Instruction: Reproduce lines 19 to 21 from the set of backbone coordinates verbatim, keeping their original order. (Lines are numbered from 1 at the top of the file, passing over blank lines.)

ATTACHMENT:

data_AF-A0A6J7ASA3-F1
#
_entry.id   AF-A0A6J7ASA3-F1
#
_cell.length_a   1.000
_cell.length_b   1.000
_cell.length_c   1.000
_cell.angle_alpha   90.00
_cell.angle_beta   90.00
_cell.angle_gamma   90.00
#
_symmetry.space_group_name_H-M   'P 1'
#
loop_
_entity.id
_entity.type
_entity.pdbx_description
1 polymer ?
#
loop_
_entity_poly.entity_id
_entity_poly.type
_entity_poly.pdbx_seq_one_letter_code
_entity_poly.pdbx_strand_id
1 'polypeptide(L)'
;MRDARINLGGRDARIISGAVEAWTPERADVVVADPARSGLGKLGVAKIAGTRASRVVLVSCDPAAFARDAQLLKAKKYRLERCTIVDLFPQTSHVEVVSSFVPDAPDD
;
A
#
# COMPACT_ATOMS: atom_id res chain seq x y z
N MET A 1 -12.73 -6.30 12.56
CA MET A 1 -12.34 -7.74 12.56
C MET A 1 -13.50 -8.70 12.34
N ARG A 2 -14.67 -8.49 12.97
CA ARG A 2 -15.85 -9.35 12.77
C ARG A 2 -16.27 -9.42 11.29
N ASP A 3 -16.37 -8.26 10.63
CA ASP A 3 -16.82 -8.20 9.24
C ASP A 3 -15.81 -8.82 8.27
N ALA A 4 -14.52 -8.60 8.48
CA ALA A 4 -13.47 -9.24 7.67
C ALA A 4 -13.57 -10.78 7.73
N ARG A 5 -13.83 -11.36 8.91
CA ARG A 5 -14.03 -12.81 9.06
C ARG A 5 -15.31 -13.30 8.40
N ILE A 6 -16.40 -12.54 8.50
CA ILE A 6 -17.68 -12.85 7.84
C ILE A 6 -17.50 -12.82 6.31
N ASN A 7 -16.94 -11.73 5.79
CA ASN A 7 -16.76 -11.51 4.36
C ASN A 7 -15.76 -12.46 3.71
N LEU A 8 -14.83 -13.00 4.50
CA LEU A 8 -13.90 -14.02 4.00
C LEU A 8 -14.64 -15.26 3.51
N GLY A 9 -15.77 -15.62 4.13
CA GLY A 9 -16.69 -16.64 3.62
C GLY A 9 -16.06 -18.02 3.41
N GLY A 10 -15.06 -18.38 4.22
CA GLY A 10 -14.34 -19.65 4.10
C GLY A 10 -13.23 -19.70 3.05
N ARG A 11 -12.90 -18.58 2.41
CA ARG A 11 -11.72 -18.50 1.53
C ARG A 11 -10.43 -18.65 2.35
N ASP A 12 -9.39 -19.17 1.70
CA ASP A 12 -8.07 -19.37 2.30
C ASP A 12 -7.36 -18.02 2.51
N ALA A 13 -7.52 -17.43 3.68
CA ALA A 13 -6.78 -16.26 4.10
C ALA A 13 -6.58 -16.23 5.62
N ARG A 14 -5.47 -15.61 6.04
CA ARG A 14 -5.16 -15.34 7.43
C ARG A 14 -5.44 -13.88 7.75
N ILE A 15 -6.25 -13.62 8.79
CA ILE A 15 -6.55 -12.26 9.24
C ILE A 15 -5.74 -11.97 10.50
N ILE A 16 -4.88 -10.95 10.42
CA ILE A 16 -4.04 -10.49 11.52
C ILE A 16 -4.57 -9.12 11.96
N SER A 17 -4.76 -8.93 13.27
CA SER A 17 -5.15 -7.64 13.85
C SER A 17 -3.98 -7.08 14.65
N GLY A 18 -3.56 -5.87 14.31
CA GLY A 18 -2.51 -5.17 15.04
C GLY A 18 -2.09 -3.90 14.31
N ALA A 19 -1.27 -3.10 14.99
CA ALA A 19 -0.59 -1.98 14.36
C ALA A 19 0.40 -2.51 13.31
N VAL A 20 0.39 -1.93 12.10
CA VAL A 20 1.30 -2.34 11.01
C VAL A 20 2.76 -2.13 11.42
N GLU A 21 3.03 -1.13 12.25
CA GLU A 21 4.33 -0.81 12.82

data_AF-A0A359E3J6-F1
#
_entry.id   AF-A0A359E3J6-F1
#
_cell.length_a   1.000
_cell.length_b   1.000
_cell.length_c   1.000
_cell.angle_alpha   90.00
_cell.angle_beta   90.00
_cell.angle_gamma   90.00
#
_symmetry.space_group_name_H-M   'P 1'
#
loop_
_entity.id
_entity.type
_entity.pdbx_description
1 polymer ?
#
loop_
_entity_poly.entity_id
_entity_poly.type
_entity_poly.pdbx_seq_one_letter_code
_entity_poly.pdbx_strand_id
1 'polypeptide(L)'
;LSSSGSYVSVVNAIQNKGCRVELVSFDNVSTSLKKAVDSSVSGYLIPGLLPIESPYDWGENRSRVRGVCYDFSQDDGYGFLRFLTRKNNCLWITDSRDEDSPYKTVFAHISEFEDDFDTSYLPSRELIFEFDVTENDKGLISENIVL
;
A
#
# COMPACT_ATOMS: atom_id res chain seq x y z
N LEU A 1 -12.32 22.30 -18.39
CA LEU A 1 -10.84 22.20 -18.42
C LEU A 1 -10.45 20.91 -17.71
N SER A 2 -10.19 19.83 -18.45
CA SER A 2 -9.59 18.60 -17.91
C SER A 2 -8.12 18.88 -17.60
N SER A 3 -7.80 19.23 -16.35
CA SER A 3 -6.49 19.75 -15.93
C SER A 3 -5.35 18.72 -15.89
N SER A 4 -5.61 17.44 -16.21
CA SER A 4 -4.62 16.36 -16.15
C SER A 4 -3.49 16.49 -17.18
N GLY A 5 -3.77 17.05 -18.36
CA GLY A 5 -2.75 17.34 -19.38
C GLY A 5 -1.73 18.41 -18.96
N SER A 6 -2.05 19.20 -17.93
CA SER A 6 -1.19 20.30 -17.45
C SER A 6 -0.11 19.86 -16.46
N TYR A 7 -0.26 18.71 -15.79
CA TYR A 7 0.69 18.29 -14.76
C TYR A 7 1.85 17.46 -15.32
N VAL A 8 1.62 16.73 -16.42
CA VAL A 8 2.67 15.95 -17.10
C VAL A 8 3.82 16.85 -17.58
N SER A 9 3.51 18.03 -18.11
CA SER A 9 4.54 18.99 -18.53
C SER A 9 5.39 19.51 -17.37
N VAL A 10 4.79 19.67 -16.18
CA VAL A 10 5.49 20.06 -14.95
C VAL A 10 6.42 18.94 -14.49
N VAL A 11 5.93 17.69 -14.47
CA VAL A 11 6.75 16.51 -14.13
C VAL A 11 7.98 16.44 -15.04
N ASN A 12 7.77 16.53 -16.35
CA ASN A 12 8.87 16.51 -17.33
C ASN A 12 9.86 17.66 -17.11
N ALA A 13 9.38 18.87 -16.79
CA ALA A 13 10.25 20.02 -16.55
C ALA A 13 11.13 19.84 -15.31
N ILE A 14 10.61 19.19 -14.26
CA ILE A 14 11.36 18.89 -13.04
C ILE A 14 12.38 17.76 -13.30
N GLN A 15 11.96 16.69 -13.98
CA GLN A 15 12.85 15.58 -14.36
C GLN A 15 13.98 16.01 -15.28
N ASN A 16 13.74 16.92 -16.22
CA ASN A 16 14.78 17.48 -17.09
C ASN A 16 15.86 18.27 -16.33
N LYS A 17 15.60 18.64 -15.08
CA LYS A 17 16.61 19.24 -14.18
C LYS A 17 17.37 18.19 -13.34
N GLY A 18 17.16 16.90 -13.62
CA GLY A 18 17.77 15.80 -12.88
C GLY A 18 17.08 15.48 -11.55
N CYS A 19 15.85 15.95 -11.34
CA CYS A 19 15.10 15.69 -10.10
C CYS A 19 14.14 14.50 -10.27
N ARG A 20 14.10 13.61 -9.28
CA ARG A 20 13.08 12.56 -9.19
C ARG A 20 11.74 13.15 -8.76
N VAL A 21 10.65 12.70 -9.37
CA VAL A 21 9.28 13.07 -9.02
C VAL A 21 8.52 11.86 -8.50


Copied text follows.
#
loop_
_entity_poly.entity_id